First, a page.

Couple Kill Themselves After Family Refused To Let Them Marry

Couple Kill Themselves After Family Refused To Let Them Marry

After drinking poison, the two were rushed to a hospital where they were declared dead on arrival.

Trigger Warning: This article contains details of suicide that may be distressing to readers.

A young couple from Pakistan, identified by police only as Muqaddas and Adnan, have killed themselves after Muqaddas’ parents rejected the couple's relationship. The couple ingested poison just as the woman's marriage was set up by her family with another man. Arranged marriages are common in the area particularly based on class, religion and soco-economic status, reported VICE. However, more young people are now breaking free from tradition and looking to settle down with partners of their own choosing. Sadly, it seems Muqaddas and Adnan saw no other way out than to end their own lives. 


The pair were found in critical condition on Sunday after they drank poison. The incident took place just before the young woman's wedding celebrations shortly before the groom arrived with his family. Muqaddas and Adnan were taken to the hospital where they were pronounced dead on arrival. Police said that the two were in love and wanted to get married but the girl's family rejected the union. Many young people find themselves at a crossroads on whether to follow their own destiny or live up to family obligations. 85 percent of Pakistanis have been married through an arranged setup while only 5 percent have married out of love, according to a 2019 Gallup Pakistan survey.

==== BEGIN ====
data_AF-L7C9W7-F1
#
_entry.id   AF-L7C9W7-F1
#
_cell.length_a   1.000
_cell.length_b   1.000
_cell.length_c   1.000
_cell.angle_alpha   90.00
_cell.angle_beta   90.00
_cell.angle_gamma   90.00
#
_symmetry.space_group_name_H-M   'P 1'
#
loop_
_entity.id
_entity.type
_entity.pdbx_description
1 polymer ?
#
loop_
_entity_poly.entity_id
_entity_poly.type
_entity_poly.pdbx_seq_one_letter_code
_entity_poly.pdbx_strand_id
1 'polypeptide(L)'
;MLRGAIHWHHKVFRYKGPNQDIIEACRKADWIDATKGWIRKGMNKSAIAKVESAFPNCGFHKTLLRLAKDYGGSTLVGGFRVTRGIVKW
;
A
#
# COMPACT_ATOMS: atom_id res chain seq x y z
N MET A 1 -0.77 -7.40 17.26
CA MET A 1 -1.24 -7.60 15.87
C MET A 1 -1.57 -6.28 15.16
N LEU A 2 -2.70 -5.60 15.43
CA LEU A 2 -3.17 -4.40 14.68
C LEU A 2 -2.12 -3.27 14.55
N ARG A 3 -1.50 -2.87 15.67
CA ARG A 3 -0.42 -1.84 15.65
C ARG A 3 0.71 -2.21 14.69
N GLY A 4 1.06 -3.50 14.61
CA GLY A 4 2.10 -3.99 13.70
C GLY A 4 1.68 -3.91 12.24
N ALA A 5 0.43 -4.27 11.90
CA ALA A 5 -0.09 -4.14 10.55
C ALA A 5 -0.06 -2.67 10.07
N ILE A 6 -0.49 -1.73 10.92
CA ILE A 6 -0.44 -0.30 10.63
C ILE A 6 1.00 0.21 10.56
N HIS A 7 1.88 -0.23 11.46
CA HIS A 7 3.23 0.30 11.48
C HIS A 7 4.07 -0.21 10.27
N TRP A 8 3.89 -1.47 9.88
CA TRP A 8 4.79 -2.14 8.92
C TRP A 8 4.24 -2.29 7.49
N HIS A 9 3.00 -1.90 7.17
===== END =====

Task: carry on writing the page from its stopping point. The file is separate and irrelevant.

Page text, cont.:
Representational Image Source: Getty Images/ Ameer Hamza


“Marriages should require emotional compatibility, which is a very basic thing that is everyone's right. The couple should first and foremost like each other,” Islamabad-based psychiatrist Abdul Wahab Yousafzai told VICE World News. “You will prominently find that marriage in our society is itself a risk factor for poor mental health.” According to the mental health expert, there is often sensationalism around the coverage of suicide which can lead to deadly consequences among impressionable youngsters.  “Attributing suicide to just love affairs and fairy tales is indirect glamourization. When people are constantly exposed to news reports that state things like ‘so-and-so left this world after being spurned in their love affair’ – this can be very dangerous,” said Yousafzai. "Over time, poor mental health, minimal coping strategies, individual personality factors, and social difficulties culminate, which can eventually lead people to becoming more vulnerable to death by suicide,” said Yousafzai. 

Source: Getty Images/ Westend61

In a similar case two people in India, a 17-year-old girl, and a 19-year-old boy killed themselves by jumping in front of a moving train, reports Times of India. It is believed to have been part of a suicide pact. SHO Chhola Anil Singh Mourya said, “The deceased girl came in contact with the boy three years ago and they became friends. Their friendship soon turned into a love affair. The girl’s family members spotted her chatting with the deceased boy and objected to it many times, but she did not stop talking to him. It was revealed that the deceased loved each other and wanted to marry but their families were against their marriage so they took the extreme step."

If you are having thoughts about taking your own life, or know of anyone who is, please contact The National Suicide Prevention Lifeline at 1-800-SUICIDE (784-2433)